SPACEHUNTER: ADVENTURES IN THE FORBIDDEN ZONE
1983 / 35mm / Dir. Lamont Johnson / 90 minutes
This mash-up of space opera heroics and MAD MAX inspired post-apocalyptic mayhem might not be the most original science fiction film of all time, but SPACEHUNTER: ADVENTURES IN THE FORBIDDEN ZONE does distinguish itself from other derivative genre efforts by containing some pretty impressive depth 3-D cinematography. It also boasts an interesting pedigree, as it was produced by Canadian comedy wunderkind Ivan Reitman (GHOSTBUSTERS) and co-written by Reitman’s pal Len Blum (MEATBALLS, STRIPES, HEAVY METAL). SPACEHUNTER follows the adventures of Wolff (Peter Strauss), a roguish space pilot who intercepts a distress signal indicating that the survivors of a crashed starliner—who also happen to be beautiful and female–are being held prisoner by the mutated warlord Overdog (iconic baddie Michael Ironside). It’s up to Wolff and a plucky young orphan (Molly Ringwald) to enter the wasteland known as “The Zone” in order to rescue the captives from the clutches of the malevolent mutants!
FRIDAY THE 13TH PART III 3-D
1982 / 35mm / Dir. Steve Miner / 95 minutes
While not necessarily the best installment in the series, FRIDAY THE 13TH PART III is arguably the most influential slasher sequel of all time due to its introduction of the iconic hockey mask that would soon become a horror movie hallmark. Moreover, FRIDAY THE 13TH PART IIIfeatures some of the most entertaining 3-D gags in cinema history, including an impressive assortment of deadly weapons protruding from the screen. The story is nothing new: unstoppable killer Jason Voorhees, apparently recovered from his injuries at the end of the last film, finds a new slew of torpid teens to terrorize. Rarely screened in its original 3-D format, FRIDAY THE 13TH PART III is an entertaining departure from the predictability of the average slasher movie.
1983 / 35mm / Dir. Joe Alves / 99 minutes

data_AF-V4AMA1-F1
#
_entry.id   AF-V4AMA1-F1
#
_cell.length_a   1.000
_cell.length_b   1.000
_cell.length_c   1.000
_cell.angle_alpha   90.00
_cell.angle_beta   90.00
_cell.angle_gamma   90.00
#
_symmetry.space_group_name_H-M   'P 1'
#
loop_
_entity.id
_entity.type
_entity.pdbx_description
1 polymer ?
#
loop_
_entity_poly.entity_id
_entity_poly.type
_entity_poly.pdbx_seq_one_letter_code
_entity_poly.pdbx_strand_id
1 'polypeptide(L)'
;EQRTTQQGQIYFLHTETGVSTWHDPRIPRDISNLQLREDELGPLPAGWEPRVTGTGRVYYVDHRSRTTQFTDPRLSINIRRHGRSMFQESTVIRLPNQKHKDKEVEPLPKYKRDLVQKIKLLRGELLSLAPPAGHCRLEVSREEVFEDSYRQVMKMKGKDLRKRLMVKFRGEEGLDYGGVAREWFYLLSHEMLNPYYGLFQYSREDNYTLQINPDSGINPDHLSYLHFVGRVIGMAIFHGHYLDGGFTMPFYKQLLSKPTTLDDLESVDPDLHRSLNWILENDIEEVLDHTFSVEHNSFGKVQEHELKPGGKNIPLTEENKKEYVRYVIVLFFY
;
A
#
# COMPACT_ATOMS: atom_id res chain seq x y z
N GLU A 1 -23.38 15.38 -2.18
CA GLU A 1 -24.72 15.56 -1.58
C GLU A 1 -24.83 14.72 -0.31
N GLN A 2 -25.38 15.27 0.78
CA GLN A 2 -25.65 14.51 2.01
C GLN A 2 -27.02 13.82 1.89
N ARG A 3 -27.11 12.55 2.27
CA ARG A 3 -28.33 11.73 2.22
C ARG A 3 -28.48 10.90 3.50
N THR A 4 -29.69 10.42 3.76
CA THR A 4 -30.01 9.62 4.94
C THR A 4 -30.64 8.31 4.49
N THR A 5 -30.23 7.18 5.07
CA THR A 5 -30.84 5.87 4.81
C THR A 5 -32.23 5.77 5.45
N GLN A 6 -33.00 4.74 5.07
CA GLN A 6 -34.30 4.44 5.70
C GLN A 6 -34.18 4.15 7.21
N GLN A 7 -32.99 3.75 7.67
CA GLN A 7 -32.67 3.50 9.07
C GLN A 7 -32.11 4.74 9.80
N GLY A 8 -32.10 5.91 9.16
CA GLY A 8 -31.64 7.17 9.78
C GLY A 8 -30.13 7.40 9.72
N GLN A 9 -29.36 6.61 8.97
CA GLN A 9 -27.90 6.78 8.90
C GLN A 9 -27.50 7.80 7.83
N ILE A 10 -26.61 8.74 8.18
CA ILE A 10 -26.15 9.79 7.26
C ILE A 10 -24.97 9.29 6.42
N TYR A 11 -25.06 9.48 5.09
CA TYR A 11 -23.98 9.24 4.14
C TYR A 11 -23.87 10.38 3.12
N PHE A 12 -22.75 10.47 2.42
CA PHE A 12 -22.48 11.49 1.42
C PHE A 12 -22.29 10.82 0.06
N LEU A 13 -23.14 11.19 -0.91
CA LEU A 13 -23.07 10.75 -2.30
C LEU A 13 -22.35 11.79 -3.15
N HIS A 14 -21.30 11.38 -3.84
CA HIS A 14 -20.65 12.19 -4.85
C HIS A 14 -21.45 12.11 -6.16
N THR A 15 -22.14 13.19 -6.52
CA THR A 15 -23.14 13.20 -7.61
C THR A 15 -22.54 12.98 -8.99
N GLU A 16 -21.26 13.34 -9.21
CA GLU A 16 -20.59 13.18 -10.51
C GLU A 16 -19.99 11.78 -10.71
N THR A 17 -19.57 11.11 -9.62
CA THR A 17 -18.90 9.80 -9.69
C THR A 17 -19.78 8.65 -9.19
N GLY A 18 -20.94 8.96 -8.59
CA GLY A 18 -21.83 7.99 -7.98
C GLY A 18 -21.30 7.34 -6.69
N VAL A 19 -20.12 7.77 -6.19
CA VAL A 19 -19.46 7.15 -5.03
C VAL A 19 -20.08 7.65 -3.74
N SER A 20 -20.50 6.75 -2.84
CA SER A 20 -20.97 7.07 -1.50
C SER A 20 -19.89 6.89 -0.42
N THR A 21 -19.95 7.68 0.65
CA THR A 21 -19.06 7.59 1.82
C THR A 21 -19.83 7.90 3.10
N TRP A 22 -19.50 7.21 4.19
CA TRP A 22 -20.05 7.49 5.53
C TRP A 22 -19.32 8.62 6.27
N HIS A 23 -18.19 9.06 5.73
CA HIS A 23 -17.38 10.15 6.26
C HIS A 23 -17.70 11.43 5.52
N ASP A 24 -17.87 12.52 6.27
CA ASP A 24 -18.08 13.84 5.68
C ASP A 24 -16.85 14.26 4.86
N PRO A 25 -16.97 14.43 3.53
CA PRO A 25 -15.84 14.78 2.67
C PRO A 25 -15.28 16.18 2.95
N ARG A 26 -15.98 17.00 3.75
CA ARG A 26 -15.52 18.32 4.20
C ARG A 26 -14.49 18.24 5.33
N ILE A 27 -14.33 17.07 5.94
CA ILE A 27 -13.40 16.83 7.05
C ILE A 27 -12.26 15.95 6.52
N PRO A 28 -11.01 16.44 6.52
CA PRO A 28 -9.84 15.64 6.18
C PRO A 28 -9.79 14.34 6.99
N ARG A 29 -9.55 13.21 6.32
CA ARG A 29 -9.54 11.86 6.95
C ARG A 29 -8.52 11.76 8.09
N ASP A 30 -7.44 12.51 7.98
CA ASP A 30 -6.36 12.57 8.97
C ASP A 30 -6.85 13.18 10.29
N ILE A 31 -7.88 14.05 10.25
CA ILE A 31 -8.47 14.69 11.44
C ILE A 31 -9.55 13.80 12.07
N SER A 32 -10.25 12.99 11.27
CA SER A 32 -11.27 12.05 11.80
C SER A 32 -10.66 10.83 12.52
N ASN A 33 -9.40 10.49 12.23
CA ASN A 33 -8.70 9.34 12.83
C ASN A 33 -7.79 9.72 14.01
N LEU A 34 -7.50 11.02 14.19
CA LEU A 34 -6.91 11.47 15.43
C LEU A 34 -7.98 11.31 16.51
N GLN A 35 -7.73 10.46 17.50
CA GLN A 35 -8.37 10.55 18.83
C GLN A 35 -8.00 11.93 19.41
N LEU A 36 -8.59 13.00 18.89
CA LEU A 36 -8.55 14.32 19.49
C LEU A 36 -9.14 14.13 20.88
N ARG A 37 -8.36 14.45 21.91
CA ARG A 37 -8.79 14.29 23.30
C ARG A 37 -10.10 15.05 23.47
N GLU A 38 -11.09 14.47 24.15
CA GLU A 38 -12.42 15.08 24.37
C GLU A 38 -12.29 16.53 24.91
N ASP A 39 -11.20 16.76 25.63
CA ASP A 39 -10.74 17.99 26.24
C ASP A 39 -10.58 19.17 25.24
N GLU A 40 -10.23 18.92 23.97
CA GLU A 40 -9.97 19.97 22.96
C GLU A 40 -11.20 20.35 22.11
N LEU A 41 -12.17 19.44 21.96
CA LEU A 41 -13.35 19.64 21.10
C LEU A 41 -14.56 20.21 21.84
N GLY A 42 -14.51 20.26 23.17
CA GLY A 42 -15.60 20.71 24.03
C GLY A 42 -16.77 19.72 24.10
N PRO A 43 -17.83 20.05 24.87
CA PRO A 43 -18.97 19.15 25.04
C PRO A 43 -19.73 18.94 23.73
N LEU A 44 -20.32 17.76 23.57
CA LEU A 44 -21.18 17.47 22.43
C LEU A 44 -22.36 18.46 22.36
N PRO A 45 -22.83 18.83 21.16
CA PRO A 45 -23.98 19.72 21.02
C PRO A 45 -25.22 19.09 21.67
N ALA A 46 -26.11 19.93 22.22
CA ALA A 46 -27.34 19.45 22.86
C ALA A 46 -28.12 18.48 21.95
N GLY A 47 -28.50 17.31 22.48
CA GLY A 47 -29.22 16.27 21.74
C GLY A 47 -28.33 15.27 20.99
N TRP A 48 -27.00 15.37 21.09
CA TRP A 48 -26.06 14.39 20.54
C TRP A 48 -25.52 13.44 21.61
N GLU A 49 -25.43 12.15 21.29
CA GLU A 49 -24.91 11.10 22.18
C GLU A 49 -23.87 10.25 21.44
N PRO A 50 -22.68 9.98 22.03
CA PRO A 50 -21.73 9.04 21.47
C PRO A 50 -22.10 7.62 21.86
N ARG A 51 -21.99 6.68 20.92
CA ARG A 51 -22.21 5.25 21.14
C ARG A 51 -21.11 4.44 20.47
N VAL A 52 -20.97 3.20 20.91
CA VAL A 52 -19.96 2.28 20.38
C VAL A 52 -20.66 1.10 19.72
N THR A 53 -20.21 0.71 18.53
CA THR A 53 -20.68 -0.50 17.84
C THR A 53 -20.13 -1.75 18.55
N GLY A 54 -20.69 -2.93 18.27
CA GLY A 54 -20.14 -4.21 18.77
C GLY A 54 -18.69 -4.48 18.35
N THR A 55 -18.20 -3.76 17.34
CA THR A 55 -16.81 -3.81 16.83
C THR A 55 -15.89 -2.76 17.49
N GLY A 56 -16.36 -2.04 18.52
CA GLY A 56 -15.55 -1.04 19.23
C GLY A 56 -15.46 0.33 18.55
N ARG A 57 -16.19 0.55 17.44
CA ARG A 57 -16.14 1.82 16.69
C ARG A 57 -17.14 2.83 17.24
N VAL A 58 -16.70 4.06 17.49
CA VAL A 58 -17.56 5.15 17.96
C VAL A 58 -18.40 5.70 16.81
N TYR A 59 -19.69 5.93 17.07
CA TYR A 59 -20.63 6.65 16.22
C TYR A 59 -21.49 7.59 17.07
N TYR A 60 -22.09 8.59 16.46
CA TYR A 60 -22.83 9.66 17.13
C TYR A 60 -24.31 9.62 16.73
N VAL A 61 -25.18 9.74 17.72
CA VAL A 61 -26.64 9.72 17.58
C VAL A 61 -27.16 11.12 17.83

Steven Spielberg’s film adaptation of the novel JAWS is one of the most harrowing movies ever made, and was a colossal critical and box office smash that indisputably changed cinema forever. Its first sequel, however, JAWS 2, was a pale imitation of the original classic that underwhelmed audiences and seemingly closed the door on future follow-ups. But when the new wave (ha-ha) of 3-D movies in the early 1980’s started making big bucks, Universal decided it was time to bring Bruce the Shark back to the surface for hopefully another feeding frenzy. Thus was born JAWS 3-D, a paradox of a movie that manages to be a further blight on the pristine legacy of the original while simultaneously winning over viewers with its goofy, charming 3-D shtick. JAWS 3-D loosely ties itself to the previous films by centering on the adult sons of Roy Scheider’s character Chief Martin Brody. Michael Brody (now played by Dennis Quaid) and his girlfriend Kay (Bess Armstrong) are employees of Sea World (!) who must contend with yet another massive great white shark that has somehow infiltrated the park’s waterways. Together with Michael’s younger brother Sean and park director Calvin Bouchard (the always entertaining Louis Gossett Jr.), Michael and Kay must find a way to protect the guests and fend off the fearsome fish!
1983 / 35mm / Dir. Richard Fleischer / 89 minutes
Director Richard Fleischer had a long and varied career in Hollywood: the son of animation pioneer Max Fleischer, Richard Fleischer made a name for himself by tackling films in disparate genres. He directed historical epics (THE VIKINGS, BARABBAS) fanciful science fiction favorites (Disney’s 20,000 LEAGUES UNDER THE SEA, FANTASTIC VOYAGE, SOYLENT GREEN), action movies (MR. MAJESTYK, TORA! TORA! TORA!) and even musicals (the infamous remake of THE JAZZ SINGER starring Neil Diamond). At the end of his career, however, Fleischer found himself cranking out B-movies for Dino De Laurentis, including AMITYVILLE 3-D, yet another third entry in a series attempting to capitalize off of the 3-D craze. The “true” story of the Lutz family from the original AMITYVILLE HORROR film is abandoned in favor of a stand-alone tale: an investigative journalist (Tony Roberts) who specializes in exposing hoaxes turns his attention towards the infamous Amityville home. Before long, however, weird occurrences, a spate of “accidental” deaths, and a conspicuous pit to hell in the basement lead him to suspect that there may be something supernatural happening after all. Keep an eye out for a young Meg Ryan in one of her first film roles.
LOVE IN 3-D
1973 / 35mm / Dir. Walter Boos / 93 minutes
We end the marathon with our guiltiest pleasure of all: LOVE IN 3-D is a German sexploitation film from Walter Boos, director of the notorious “Schoolgirl Report” movies. LOVE IN 3-D follows the same format as that saucy series: numerous vignettes—some humorous, some “cautionary”—focus on the sexual foibles and failings of lusty German men and women. This time, however, the added magic of 3-D brings the titillation to previously unseen levels. Audiences can expect assorted naughty bits popping off of the screen, as well as good old fashioned and wholesome 3-D gags that make LOVE IN 3-D one of the most unusual and entertaining movies in the sexploitation genre!